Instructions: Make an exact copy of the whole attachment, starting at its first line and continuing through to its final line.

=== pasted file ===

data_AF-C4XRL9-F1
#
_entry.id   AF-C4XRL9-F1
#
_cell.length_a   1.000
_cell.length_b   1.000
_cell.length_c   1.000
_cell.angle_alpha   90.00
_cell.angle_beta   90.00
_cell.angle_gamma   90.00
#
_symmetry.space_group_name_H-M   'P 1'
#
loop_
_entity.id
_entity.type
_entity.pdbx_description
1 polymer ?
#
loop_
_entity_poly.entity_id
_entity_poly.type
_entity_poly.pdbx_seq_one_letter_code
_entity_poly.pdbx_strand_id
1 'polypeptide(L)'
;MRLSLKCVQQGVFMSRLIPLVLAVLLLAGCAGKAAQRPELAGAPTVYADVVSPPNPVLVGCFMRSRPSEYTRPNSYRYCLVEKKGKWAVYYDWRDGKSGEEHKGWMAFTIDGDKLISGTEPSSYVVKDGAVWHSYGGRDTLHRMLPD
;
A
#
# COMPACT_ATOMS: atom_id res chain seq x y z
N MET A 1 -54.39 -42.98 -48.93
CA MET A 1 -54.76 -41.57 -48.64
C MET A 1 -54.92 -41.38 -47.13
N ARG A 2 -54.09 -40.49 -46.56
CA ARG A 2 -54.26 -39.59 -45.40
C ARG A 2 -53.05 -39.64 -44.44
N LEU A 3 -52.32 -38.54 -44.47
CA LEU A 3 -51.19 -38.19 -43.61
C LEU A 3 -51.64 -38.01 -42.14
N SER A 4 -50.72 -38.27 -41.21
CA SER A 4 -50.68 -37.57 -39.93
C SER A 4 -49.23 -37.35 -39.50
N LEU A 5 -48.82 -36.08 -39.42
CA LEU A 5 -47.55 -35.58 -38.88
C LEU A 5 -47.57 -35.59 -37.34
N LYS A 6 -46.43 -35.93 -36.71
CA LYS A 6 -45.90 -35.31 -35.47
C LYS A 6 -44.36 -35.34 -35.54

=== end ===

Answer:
data_AF-C4XRL9-F1
#
_entry.id   AF-C4XRL9-F1
#
_cell.length_a   1.000
_cell.length_b   1.000
_cell.length_c   1.000
_cell.angle_alpha   90.00
_cell.angle_beta   90.00
_cell.angle_gamma   90.00
#
_symmetry.space_group_name_H-M   'P 1'
#
loop_
_entity.id
_entity.type
_entity.pdbx_description
1 polymer ?
#
loop_
_entity_poly.entity_id
_entity_poly.type
_entity_poly.pdbx_seq_one_letter_code
_entity_poly.pdbx_strand_id
1 'polypeptide(L)'
;MRLSLKCVQQGVFMSRLIPLVLAVLLLAGCAGKAAQRPELAGAPTVYADVVSPPNPVLVGCFMRSRPSEYTRPNSYRYCLVEKKGKWAVYYDWRDGKSGEEHKGWMAFTIDGDKLISGTEPSSYVVKDGAVWHSYGGRDTLHRMLPD
;
A
#
# COMPACT_ATOMS: atom_id res chain seq x y z
N MET A 1 -54.39 -42.98 -48.93
CA MET A 1 -54.76 -41.57 -48.64
C MET A 1 -54.92 -41.38 -47.13
N ARG A 2 -54.09 -40.49 -46.56
CA ARG A 2 -54.26 -39.59 -45.40
C ARG A 2 -53.05 -39.64 -44.44
N LEU A 3 -52.32 -38.54 -44.47
CA LEU A 3 -51.19 -38.19 -43.61
C LEU A 3 -51.64 -38.01 -42.14
N SER A 4 -50.72 -38.27 -41.21
CA SER A 4 -50.68 -37.57 -39.93
C SER A 4 -49.23 -37.35 -39.50
N LEU A 5 -48.82 -36.08 -39.42
CA LEU A 5 -47.55 -35.58 -38.88
C LEU A 5 -47.57 -35.59 -37.34
N LYS A 6 -46.43 -35.93 -36.71
CA LYS A 6 -45.90 -35.31 -35.47
C LYS A 6 -44.36 -35.34 -35.54